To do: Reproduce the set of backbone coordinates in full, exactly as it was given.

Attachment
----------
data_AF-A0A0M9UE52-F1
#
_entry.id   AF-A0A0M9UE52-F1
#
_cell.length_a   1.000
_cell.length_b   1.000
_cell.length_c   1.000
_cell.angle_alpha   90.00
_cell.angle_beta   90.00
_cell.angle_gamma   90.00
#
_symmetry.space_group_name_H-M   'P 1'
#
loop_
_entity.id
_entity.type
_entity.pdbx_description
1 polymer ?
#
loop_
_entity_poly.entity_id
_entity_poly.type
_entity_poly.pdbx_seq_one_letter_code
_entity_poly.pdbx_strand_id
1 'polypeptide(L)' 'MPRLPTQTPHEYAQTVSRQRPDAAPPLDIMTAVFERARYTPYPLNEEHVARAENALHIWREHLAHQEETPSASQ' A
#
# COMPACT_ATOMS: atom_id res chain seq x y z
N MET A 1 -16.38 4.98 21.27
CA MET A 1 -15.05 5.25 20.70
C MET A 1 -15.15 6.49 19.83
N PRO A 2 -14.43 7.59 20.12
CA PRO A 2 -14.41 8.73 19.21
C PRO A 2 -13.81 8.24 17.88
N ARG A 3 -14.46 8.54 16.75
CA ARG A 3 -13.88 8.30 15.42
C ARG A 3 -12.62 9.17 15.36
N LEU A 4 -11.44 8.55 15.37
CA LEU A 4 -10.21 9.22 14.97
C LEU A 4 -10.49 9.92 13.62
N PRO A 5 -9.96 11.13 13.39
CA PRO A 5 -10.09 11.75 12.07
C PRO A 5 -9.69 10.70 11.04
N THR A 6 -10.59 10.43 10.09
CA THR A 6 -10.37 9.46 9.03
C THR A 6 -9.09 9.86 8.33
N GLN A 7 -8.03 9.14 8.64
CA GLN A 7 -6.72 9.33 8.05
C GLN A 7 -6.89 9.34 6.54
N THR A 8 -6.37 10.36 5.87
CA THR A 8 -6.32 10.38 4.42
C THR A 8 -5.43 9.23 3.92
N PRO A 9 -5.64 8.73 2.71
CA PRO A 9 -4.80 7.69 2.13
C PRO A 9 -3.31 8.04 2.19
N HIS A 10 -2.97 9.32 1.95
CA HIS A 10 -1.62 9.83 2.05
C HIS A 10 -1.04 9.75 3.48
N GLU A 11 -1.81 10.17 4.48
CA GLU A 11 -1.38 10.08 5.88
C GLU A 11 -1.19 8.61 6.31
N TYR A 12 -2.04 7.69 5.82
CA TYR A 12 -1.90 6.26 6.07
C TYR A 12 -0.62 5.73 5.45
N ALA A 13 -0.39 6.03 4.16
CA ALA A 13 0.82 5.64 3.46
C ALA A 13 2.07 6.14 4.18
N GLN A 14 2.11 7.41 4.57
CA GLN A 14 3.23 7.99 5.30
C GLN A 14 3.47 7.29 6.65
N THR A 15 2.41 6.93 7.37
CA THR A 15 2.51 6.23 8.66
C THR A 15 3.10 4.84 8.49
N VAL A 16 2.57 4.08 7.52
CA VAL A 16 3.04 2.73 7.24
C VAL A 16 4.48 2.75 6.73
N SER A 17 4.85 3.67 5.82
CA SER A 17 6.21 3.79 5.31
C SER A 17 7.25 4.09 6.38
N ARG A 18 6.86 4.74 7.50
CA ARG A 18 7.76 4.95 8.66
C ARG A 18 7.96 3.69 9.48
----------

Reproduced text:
data_AF-A0A0M9UE52-F1
#
_entry.id   AF-A0A0M9UE52-F1
#
_cell.length_a   1.000
_cell.length_b   1.000
_cell.length_c   1.000
_cell.angle_alpha   90.00
_cell.angle_beta   90.00
_cell.angle_gamma   90.00
#
_symmetry.space_group_name_H-M   'P 1'
#
loop_
_entity.id
_entity.type
_entity.pdbx_description
1 polymer ?
#
loop_
_entity_poly.entity_id
_entity_poly.type
_entity_poly.pdbx_seq_one_letter_code
_entity_poly.pdbx_strand_id
1 'polypeptide(L)' 'MPRLPTQTPHEYAQTVSRQRPDAAPPLDIMTAVFERARYTPYPLNEEHVARAENALHIWREHLAHQEETPSASQ' A
#
# COMPACT_ATOMS: atom_id res chain seq x y z
N MET A 1 -16.38 4.98 21.27
CA MET A 1 -15.05 5.25 20.70
C MET A 1 -15.15 6.49 19.83
N PRO A 2 -14.43 7.59 20.12
CA PRO A 2 -14.41 8.73 19.21
C PRO A 2 -13.81 8.24 17.88
N ARG A 3 -14.46 8.54 16.75
CA ARG A 3 -13.88 8.30 15.42
C ARG A 3 -12.62 9.17 15.36
N LEU A 4 -11.44 8.55 15.37
CA LEU A 4 -10.21 9.22 14.97
C LEU A 4 -10.49 9.92 13.62
N PRO A 5 -9.96 11.13 13.39
CA PRO A 5 -10.09 11.75 12.07
C PRO A 5 -9.69 10.70 11.04
N THR A 6 -10.59 10.43 10.09
CA THR A 6 -10.37 9.46 9.03
C THR A 6 -9.09 9.86 8.33
N GLN A 7 -8.03 9.14 8.64
CA GLN A 7 -6.72 9.33 8.05
C GLN A 7 -6.89 9.34 6.54
N THR A 8 -6.37 10.36 5.87
CA THR A 8 -6.32 10.38 4.42
C THR A 8 -5.43 9.23 3.92
N PRO A 9 -5.64 8.73 2.71
CA PRO A 9 -4.80 7.69 2.13
C PRO A 9 -3.31 8.04 2.19
N HIS A 10 -2.97 9.32 1.95
CA HIS A 10 -1.62 9.83 2.05
C HIS A 10 -1.04 9.75 3.48
N GLU A 11 -1.81 10.17 4.48
CA GLU A 11 -1.38 10.08 5.88
C GLU A 11 -1.19 8.61 6.31
N TYR A 12 -2.04 7.69 5.82
CA TYR A 12 -1.90 6.26 6.07
C TYR A 12 -0.62 5.73 5.45
N ALA A 13 -0.39 6.03 4.16
CA ALA A 13 0.82 5.64 3.46
C ALA A 13 2.07 6.14 4.18
N GLN A 14 2.11 7.41 4.57
CA GLN A 14 3.23 7.99 5.30
C GLN A 14 3.47 7.29 6.65
N THR A 15 2.41 6.93 7.37
CA THR A 15 2.51 6.23 8.66
C THR A 15 3.10 4.84 8.49
N VAL A 16 2.57 4.08 7.52
CA VAL A 16 3.04 2.73 7.24
C VAL A 16 4.48 2.75 6.73
N SER A 17 4.85 3.67 5.82
CA SER A 17 6.21 3.79 5.31
C SER A 17 7.25 4.09 6.38
N ARG A 18 6.86 4.74 7.50
CA ARG A 18 7.76 4.95 8.66
C ARG A 18 7.96 3.69 9.48